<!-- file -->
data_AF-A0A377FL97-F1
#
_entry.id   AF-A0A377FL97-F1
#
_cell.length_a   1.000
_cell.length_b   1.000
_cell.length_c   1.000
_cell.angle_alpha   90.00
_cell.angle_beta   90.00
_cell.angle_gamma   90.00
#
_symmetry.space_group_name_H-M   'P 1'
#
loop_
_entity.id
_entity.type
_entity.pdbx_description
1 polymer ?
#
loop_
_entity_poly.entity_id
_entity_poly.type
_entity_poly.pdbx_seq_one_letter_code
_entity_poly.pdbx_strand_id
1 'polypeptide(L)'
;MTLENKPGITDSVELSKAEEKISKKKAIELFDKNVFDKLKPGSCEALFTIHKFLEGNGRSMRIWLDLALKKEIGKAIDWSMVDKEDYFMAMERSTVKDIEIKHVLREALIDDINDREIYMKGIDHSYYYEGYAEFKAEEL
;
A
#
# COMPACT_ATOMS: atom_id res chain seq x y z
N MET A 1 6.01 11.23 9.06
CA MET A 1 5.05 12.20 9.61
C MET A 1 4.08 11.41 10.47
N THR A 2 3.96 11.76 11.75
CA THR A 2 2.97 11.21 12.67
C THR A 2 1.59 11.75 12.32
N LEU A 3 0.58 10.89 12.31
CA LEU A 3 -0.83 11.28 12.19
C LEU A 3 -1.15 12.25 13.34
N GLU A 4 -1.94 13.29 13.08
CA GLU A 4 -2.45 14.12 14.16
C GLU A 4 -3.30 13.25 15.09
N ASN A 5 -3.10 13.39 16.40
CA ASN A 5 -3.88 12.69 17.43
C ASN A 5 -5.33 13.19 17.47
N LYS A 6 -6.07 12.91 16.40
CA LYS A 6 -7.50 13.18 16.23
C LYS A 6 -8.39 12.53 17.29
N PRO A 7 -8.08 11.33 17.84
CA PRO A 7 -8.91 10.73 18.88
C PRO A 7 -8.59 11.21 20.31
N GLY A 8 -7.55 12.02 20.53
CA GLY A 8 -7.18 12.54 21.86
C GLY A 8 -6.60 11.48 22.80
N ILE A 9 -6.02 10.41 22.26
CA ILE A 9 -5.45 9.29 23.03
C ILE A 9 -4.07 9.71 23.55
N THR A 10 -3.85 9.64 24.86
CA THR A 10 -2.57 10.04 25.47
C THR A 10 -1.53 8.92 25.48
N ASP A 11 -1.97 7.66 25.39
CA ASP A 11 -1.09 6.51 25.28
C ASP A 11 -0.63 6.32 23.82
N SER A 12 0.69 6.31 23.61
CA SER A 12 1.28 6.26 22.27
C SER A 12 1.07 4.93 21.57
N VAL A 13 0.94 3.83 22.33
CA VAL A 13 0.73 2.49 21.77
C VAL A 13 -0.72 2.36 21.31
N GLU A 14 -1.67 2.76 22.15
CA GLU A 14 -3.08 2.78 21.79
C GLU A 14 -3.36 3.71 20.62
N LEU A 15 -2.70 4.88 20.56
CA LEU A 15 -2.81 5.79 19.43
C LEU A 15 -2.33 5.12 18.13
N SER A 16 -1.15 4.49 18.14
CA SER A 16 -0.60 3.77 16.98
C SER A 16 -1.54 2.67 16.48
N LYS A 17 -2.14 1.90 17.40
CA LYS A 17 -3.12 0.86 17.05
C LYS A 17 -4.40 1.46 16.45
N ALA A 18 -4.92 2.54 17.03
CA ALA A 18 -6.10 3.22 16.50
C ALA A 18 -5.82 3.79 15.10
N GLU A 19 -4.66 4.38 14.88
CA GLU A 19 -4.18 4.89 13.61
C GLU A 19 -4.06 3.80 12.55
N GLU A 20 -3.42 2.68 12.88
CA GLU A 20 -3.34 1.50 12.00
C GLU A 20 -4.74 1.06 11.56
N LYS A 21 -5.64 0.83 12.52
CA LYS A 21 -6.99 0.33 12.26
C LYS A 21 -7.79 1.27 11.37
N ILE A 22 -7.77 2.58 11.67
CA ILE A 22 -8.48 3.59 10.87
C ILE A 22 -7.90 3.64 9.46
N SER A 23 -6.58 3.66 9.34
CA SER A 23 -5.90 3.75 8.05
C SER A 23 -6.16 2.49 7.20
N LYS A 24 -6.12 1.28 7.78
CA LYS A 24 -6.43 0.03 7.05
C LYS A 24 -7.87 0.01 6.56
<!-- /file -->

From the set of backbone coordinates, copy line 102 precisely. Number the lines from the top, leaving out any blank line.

C LYS A 24 -7.87 0.01 6.56